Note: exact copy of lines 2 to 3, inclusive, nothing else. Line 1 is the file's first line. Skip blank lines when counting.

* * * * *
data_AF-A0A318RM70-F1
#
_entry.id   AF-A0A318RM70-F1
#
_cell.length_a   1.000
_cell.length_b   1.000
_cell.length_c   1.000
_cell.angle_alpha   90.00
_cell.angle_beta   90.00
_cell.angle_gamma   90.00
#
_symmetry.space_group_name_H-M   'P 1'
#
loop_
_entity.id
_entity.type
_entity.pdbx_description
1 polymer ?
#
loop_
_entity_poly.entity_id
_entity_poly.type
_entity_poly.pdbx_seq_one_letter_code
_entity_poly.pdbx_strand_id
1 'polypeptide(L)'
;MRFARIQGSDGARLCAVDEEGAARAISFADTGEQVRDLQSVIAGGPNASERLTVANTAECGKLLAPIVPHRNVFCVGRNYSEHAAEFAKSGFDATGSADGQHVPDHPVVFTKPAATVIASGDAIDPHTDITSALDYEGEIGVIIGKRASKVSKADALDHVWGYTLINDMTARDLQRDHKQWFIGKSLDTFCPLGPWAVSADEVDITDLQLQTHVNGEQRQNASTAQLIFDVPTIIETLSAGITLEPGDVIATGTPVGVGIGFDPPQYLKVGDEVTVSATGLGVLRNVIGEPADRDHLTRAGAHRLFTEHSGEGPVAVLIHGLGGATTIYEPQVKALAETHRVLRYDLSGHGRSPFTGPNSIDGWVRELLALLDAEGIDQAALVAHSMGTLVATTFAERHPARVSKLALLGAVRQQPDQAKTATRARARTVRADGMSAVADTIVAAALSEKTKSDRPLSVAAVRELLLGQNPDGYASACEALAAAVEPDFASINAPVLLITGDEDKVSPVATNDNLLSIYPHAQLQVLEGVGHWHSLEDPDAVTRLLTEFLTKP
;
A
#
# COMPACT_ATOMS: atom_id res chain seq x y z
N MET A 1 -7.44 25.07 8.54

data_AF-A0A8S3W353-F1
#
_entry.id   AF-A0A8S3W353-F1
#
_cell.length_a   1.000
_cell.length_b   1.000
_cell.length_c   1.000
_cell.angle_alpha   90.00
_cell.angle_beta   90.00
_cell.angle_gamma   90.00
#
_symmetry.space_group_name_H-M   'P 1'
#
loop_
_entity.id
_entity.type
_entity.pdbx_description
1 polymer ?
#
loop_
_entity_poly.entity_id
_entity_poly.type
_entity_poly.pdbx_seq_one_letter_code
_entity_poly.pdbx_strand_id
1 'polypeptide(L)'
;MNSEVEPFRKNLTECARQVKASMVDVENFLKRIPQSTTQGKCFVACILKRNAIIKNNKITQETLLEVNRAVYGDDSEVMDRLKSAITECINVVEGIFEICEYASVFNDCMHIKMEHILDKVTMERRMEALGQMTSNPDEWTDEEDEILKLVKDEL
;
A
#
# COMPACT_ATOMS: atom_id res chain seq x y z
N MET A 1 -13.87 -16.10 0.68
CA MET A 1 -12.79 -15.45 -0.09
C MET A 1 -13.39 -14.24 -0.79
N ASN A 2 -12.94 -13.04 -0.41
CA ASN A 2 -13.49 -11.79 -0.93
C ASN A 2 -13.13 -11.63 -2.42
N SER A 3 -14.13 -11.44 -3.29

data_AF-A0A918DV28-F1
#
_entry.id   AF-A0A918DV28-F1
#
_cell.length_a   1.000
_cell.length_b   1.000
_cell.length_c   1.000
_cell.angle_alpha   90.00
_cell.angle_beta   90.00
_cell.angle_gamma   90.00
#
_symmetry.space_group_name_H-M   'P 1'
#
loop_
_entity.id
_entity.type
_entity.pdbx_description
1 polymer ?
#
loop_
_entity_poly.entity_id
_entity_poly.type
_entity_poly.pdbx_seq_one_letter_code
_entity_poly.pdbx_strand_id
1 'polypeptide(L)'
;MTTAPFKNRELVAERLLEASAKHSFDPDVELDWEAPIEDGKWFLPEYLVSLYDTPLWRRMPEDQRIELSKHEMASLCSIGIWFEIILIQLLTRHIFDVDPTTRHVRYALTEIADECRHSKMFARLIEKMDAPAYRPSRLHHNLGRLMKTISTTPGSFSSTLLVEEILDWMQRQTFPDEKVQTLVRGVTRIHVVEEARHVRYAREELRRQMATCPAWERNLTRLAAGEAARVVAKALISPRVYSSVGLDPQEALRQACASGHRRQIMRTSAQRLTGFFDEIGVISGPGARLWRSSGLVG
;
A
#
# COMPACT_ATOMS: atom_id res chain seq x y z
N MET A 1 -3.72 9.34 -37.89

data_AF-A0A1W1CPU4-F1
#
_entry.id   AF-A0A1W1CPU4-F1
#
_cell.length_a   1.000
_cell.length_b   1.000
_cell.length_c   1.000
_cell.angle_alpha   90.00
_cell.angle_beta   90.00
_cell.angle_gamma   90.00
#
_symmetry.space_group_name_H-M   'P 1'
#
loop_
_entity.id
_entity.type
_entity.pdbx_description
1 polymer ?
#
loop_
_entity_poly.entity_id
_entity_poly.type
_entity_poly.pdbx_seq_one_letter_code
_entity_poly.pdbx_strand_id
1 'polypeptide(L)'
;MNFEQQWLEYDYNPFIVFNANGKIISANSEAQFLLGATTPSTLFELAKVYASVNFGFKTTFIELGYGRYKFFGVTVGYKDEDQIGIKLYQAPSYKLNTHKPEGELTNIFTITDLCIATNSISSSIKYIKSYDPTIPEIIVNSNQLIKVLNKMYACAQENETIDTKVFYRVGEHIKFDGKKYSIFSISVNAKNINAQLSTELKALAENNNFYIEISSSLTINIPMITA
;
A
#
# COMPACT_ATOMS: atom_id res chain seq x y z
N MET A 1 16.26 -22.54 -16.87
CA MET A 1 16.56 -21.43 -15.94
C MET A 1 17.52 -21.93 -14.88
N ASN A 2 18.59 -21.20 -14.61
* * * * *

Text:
#
_entry.id   AF-A0A318RM70-F1